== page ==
Fearing domestic unrest, Beijing is cracking down on citizens and foreigners alike.
Human rights activists rounded up by the hundreds. Booksellers spirited out of Hong Kong to the mainland in secret. Foreigners reciting forced confessions on national television for the crime of "harming" China, and the most sweeping national security law in recent Chinese history enacted.
China is in the midst of its most severe internal security crackdown in recent memory. The authoritarian country, led by President Xi Jinping, is cracking down on citizens and foreigners alike. But what's driving this crackdown, and could it backfire?
Since July, nearly 250 Chinese human rights lawyers, activists, and their families have been detained, many charged with "subversion of state power." Most were released, but at least 10 remain in detention, without access to counsel or their families.
Foreigners have not been exempt. In December, a French journalist was expelled from the country for writing an article that the Beijng disapproved of. Since October, five Hong Kong booksellers, all tied to a publishing house critical of the Chinese government, have disappeared. One holds British and another Swedish citizenship.
Earlier this month a 35-year old Swedish human rights worker living in Beijing, Peter Dahlin, disappeared only to reappear on Chinese television. Dahlin recited a "confession" apologizing for "hurting the feelings of the Chinese people."
Against all of this is the backdrop of a new security law passed in July that gives the government the authority to dip into even more aspects of Chinese society, including the economy, terrorism, religion, and cybersecurity.
The reason for Dahlin's arrest was explained by Xinhua, China's official news agency, which said Dahlin's organization "instigated the (Chinese) people to confront the government and produce mass incidents."
In modern China, the ruling Communist Party is often said to have an unwritten social contract with the Chinese people. The Party provides financial prosperity and political stability, and in return China's citizens won't challenge its monopoly on power. This has worked out fairly well for the average Chinese citizen, hundreds of millions of which have been lifted out of poverty.
But what happens when the government can no longer provide that level of prosperity and can't fulfill its side of the contract? What happens when China's 1.3 billion people start demanding alternative forms of government?
China is already a hotbed for social unrest. Small-scale demonstrations, sparked by complaints about corruption, government incompetence, pollution, and other public grievances are fairly common. The real fear in Beijing is a faltering economy may trigger social unrest on a greater scale than previously seen, exceeding the government's ability to deal with it.
China oversees the largest internal security apparatus in the world. From the Great Firewall of China to the People's Armed Police, a paramilitary police organization, China spends tens of billions on internal security. China's internal security budget is thought to be even larger than it's external security budget, i.e. the People's Liberation Army.
China needs annual economic growth of at least 7 percent in order to generate continued prosperity and economic opportunity. Still, over the long term this is unsustainable and a slowdown, everyone agrees, is inevitable and even necessary.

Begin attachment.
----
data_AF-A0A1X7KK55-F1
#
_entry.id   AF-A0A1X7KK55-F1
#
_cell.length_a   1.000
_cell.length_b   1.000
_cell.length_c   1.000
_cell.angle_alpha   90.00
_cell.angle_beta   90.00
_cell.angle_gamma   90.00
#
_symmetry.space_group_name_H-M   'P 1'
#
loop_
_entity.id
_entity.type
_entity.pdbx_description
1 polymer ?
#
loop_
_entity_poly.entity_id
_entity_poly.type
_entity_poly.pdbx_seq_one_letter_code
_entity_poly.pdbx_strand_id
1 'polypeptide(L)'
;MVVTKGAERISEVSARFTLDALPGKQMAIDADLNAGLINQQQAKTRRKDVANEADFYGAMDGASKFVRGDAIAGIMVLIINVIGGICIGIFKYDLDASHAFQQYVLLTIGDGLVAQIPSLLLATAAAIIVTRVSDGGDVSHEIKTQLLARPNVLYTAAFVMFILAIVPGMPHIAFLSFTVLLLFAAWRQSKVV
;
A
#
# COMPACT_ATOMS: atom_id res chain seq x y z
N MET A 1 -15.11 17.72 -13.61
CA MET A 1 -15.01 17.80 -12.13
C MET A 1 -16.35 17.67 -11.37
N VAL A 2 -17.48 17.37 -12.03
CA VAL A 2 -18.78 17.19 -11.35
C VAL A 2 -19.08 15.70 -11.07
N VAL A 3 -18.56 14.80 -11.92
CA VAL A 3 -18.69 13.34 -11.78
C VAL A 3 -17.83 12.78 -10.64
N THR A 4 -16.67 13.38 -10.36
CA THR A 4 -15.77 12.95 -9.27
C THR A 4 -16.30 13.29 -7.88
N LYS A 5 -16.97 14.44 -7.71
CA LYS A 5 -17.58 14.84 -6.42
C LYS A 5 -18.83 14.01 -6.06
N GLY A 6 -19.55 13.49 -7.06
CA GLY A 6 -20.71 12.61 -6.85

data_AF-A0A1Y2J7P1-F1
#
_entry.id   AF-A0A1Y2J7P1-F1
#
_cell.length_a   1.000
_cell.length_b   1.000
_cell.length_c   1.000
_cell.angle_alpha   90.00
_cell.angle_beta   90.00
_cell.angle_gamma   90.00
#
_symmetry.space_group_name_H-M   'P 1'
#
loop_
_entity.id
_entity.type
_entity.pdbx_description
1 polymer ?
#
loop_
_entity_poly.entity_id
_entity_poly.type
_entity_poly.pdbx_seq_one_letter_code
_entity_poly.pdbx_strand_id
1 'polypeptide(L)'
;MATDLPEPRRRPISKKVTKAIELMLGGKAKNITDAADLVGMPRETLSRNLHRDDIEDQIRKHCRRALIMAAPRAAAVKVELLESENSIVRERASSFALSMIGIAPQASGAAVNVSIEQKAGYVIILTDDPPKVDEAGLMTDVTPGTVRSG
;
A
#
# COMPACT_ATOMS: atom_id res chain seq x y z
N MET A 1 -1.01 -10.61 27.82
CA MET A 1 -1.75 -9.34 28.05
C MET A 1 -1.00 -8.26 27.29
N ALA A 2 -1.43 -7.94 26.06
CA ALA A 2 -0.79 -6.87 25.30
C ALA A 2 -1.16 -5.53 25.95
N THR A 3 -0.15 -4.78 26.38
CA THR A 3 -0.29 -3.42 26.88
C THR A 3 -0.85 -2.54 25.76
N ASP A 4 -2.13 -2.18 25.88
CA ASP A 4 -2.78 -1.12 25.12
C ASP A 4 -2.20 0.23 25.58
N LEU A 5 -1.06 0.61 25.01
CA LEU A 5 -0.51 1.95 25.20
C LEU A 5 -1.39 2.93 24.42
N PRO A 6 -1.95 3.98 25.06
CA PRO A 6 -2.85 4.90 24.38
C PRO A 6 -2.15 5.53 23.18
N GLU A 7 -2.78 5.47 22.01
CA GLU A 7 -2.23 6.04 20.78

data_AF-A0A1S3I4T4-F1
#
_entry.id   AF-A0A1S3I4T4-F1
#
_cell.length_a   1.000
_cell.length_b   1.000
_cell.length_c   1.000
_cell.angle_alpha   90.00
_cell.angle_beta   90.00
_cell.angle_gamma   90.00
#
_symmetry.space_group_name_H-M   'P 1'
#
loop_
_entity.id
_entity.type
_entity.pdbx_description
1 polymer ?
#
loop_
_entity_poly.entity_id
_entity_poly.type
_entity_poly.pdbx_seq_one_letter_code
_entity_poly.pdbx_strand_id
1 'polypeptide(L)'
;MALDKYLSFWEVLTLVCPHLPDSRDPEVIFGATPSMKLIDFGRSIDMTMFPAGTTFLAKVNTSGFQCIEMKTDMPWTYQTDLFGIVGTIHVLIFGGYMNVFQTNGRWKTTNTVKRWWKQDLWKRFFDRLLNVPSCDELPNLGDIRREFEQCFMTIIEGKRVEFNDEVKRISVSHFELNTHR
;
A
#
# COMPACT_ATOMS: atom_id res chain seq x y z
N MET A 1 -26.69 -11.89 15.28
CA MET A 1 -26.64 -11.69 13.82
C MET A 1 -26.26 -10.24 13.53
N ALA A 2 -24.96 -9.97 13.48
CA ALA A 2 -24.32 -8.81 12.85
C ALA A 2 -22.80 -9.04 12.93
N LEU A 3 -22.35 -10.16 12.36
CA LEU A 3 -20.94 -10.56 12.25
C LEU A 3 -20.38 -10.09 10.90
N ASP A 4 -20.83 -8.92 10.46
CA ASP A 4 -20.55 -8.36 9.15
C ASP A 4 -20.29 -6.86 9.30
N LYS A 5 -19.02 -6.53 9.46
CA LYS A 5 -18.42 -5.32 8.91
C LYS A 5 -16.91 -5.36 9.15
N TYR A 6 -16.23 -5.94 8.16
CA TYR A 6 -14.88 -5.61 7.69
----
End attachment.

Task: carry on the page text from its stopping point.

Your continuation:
And, at least in government figures, the soft landing is happening: China's GDP figures for 2014 were 7.0 percent, 2015 was 6.9 percent and 2016 is predicted to be 6.8 percent. This appears to be the soft economic landing that China experts have been hoping for.
But is it? These numbers are suspiciously consistent, especially for such a large, vibrant economy. More volatility should be expected. At least one research group suggests that China's real GDP growth will be a paltry 2.4 percent. Depending on China's inflation rate, there could actually be negative economic growth.
Outlying economic data supports skepticism. Internal railroad traffic is down 15 percent in two years, and the shipbuilding industry has cooled. Electricity usage in 2015 increased less than 1 percent in China — while the economy was supposed to have grown 6.9 percent. Figures such as these trigger speculation the economy is worse off than the government is letting on.
The concern is the Chinese government is executing a four-pronged strategy to head off, or least prepare for, widespread domestic unrest. First, enact a security law to give harsher measures legitimacy. Second, intimidate human rights and religious activists in China who might lead demonstrations. Third, cook the country's economic books to prevent a real picture of the Chinese economy from leaking out. Fourth, blame foreign interests for interfering in Chinese affairs.
The problem with this strategy is that it is ultimately self-defeating. Economic and security measures meant to benefit the Communist Party and its survival — over the well being of the Chinese people — will be seen for what they are and resented. Manipulation of economic figures will cause the government to lose credibility.
China may be heading for tough times — or not. In either case, the Communist Party seems determined on preparing for the worst case scenario. The question is whether President Xi Jinping and his comrades ultimately have the best interests of the party, or the people, in mind.